It was previously reported that Gli1 may function as
a component of Shh signal transduction machinery,
residing downstream of Shh but upstream to Ptc (Marigo
et al., 1996b, 1996c; Grindley et al., 1997). In addition,
Gli1 expression was detected in both dental epithelium
and dental mesenchyme at E14.5, coinciding with Ptc
expression pattern (Hui et al., 1994) (data not shown).
We therefore asked whether Gli1 also resides downstream from Msx1 in the early mouse developing tooth
germ. In situ hybridization was performed to examine
Gli1 expression in wild-type and Msx1 mutant tooth
germ from E11.5 to E13.5. Gli1 expression was detected
in the wild-type incisor and molar tooth germs of all
stages examined (Fig. 3B,E,I). The transcripts were
localized to dental epithelium and mesenchyme (Fig.
3I), as recently reported (Dassule and McMahon, 1998;
Hardcastle et al., 1998). The wild-type expression pattern of Gli1 in the early developing tooth germ mirrors
that of Ptc. However, by contrast, Gli1 expression in the
Msx1 mutant tooth germ is mainly preserved (Fig.
3C,F,J). Thus, Msx1 is clearly required for the expression of Ptc, but not Gli1, in mouse dental mesenchyme.
TABLE 1. Induction of Ptc and Gli1 Expression
in Wild-Type and Msx1 Mutant Mandibles
nd, not done.
*Biased expression; see text for details.
to Ptc expression induced by SHH beads in the wildtype molar mesenchyme (Fig. 4A). These results indicate that Msx1 is required for the induction of Ptc by
Shh in the mouse tooth germ. By contrast, SHH beads
were able to induce Gli1 expression in the Msx1 mutant
dental mesenchyme (Fig. 4D and Table 1). Thus, SHH
can induce Gli1 expression in the absence of Msx1.
Msx1 Is Required for Induction of Ptc But Not
Gli1 by SHH in Dental Mesenchyme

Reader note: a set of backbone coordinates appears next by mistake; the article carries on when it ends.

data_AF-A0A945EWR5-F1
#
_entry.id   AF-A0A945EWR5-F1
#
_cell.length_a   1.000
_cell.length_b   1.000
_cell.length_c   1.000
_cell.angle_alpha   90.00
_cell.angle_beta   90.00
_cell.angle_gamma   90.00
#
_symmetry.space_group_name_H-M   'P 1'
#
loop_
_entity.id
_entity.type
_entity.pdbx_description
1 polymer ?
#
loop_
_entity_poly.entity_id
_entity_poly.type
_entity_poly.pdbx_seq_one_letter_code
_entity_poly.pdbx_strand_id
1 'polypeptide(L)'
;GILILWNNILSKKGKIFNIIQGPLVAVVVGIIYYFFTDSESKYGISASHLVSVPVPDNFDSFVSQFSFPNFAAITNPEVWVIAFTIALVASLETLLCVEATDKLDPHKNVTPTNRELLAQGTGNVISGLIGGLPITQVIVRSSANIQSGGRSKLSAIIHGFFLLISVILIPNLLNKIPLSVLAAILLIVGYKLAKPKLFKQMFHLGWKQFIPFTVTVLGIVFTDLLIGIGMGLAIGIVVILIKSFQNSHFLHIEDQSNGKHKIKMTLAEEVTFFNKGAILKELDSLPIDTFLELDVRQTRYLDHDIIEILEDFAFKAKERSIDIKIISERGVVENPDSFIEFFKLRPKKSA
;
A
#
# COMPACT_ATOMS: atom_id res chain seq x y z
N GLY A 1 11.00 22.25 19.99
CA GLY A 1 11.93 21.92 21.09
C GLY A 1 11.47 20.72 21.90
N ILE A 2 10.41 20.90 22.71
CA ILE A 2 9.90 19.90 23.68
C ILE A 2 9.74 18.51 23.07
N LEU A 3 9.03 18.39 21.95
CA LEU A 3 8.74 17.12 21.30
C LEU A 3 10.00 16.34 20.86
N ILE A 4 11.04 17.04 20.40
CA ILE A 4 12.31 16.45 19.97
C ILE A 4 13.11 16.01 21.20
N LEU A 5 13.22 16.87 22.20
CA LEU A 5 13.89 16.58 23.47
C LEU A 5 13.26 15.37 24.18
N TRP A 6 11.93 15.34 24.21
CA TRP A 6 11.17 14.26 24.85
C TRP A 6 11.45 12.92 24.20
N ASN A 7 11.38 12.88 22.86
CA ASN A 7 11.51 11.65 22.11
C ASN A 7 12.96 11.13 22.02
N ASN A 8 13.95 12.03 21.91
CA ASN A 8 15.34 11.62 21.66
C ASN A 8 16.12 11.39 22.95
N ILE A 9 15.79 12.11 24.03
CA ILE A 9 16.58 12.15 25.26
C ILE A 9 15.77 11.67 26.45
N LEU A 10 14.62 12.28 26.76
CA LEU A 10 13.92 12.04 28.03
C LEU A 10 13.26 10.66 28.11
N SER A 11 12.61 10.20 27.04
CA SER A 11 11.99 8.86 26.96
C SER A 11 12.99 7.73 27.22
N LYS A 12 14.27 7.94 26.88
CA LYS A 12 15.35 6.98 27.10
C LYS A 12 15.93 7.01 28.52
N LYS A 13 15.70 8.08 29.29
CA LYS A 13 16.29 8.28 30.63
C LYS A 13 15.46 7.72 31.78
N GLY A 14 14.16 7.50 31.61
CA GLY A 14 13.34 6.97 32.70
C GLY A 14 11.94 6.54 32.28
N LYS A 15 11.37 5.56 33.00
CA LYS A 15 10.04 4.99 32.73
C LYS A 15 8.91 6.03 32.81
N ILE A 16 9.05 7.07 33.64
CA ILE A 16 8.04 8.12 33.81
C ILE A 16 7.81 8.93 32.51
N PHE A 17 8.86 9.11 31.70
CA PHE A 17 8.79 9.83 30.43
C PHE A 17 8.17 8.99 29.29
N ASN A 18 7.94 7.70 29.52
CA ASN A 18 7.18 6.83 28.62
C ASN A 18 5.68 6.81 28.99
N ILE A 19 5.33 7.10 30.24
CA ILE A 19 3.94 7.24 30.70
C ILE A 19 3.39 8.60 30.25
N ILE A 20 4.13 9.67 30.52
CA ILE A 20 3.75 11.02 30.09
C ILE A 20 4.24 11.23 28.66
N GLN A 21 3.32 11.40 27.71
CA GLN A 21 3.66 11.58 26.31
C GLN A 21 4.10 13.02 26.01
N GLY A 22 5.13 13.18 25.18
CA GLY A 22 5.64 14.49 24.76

BMP4 Induces a Distinct Pattern of Ptc
Expression in Wild-type and Msx1
Mutant Dental Mesenchyme
Since SHH protein can induce Ptc and Gli1 expression in mandibular mesenchyme (Dassule and McMahon, 1998; Hardcastle et al., 1998), and since Ptc
expression is downregulated in the Msx1 mutant dental
mesenchyme, we asked whether the Shh induction of
Ptc expression is mediated by Msx1. We first analyzed
induction of Ptc and Gli1 expression by SHH in wildtype dental mesenchyme. Bacterially expressed recombinant SHH protein was prepared and purified. Whole
mandibles isolated from wild-type E11.0 and E11.5
embryos were subjected to microsurgical separation of
epithelium from mesenchyme after enzyme treatment.
The whole mandibular mesenchyme was applied to
organ culture with prospective tongue side facing up.
Removal of the epithelium resulted in complete loss of
Ptc expression in E11.0 mandibular explants after 24
hours in culture, indicating a requirement of epithelial
signals to maintain Ptc expression at this stage. By
contrast, endogenous Ptc expression is retained in
E11.5 mandibular mesenchyme without epithelium after 24 hours in culture. Therefore, E11.0 mandibles
were used for the induction assay. SHH-soaked beads
were placed on top of the right side molar region, while
BSA-soaked beads were placed on the left side molar
region as controls. After 24 hours in culture, samples
were assayed for gene expression by whole-mount in
situ hybridization. The results, summarized in Table 1,
demonstrated that beads soaked with SHH were able to
induce expression of Ptc (Fig. 4A) and Gli1 (Fig. 4C) in
the cells around the implanted beads in the dental
mesenchyme. Whole mandibular mesenchyme from
E11.0 Msx1 mutant embryos was applied to similar
bead implantation culture before analysis of Ptc and
Gli1 expression. Very weak or no induction of Ptc
expression by SHH was observed in the Msx1 mutant
molar mesenchyme (Fig. 4B and Table 1), as compared
It has been demonstrated that BMP4 is a strong
inducer of Msx1 expression in dental mesenchyme
(Vainio et al., 1993). Bmp4 expression is found in dental
epithelium at the initiation stage and then shifts to the
dental mesenchyme shortly afterward (Vainio et al.,
1993). Based on the observations that Msx1 is required
for Ptc expression, we asked whether BMP4 can also
induce Ptc expression in dental mesenchyme; if so,
whether this induction requires Msx1. To address this
question, BMP4-soaked beads were implanted to the
molar region of mandibular mesenchyme from E11.0
wild-type and Msx1 mutant embryos. Samples were
analyzed for Ptc expression after 24 hours in culture.
BMP4 did indeed induce Ptc expression (Table 1). The
results demonstrated that in the wild-type, unlike
Msx1, which is induced in the mesenchymal cells
around the BMP4 beads (Fig. 5A), Ptc expression was
induced by BMP4 with a strong bias on the lingual and
mesial sites of molar mesenchyme (Fig. 5B). Of the17
samples assayed, 15 exhibited a biased induction, while
the other 2 samples showed induction in cells around
the implanted BMP4 beads. These results indicate the